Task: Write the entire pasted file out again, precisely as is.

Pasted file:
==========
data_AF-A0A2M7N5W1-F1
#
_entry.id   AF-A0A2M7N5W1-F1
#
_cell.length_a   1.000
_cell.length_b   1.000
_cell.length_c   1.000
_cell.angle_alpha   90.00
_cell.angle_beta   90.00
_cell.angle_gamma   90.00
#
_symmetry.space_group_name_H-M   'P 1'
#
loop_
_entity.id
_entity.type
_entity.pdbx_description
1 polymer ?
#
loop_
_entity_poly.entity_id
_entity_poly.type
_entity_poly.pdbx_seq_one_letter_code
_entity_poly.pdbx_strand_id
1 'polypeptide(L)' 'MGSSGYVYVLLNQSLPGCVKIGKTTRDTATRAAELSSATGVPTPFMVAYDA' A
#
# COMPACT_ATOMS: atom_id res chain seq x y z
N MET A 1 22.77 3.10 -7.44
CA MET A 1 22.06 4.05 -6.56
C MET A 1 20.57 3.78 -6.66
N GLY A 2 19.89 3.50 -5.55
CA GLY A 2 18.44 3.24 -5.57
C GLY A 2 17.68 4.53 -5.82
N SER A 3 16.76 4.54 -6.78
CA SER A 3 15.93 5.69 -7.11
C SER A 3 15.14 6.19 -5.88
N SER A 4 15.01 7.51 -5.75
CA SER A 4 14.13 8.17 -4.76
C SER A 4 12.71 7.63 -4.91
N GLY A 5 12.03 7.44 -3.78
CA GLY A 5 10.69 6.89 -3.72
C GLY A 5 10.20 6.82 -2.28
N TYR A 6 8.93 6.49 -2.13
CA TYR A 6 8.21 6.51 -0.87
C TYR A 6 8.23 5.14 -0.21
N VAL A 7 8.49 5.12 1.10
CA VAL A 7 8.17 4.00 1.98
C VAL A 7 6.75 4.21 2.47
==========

data_AF-A0A2M7N5W1-F1
#
_entry.id   AF-A0A2M7N5W1-F1
#
_cell.length_a   1.000
_cell.length_b   1.000
_cell.length_c   1.000
_cell.angle_alpha   90.00
_cell.angle_beta   90.00
_cell.angle_gamma   90.00
#
_symmetry.space_group_name_H-M   'P 1'
#
loop_
_entity.id
_entity.type
_entity.pdbx_description
1 polymer ?
#
loop_
_entity_poly.entity_id
_entity_poly.type
_entity_poly.pdbx_seq_one_letter_code
_entity_poly.pdbx_strand_id
1 'polypeptide(L)' 'MGSSGYVYVLLNQSLPGCVKIGKTTRDTATRAAELSSATGVPTPFMVAYDA' A
#
# COMPACT_ATOMS: atom_id res chain seq x y z
N MET A 1 22.77 3.10 -7.44
CA MET A 1 22.06 4.05 -6.56
C MET A 1 20.57 3.78 -6.66
N GLY A 2 19.89 3.50 -5.55
CA GLY A 2 18.44 3.24 -5.57
C GLY A 2 17.68 4.53 -5.82
N SER A 3 16.76 4.54 -6.78
CA SER A 3 15.93 5.69 -7.11
C SER A 3 15.14 6.19 -5.88
N SER A 4 15.01 7.51 -5.75
CA SER A 4 14.13 8.17 -4.76
C SER A 4 12.71 7.63 -4.91
N GLY A 5 12.03 7.44 -3.78
CA GLY A 5 10.69 6.89 -3.72
C GLY A 5 10.20 6.82 -2.28
N TYR A 6 8.93 6.49 -2.13
CA TYR A 6 8.21 6.51 -0.87
C TYR A 6 8.23 5.14 -0.21
N VAL A 7 8.49 5.12 1.10
CA VAL A 7 8.17 4.00 1.98
C VAL A 7 6.75 4.21 2.47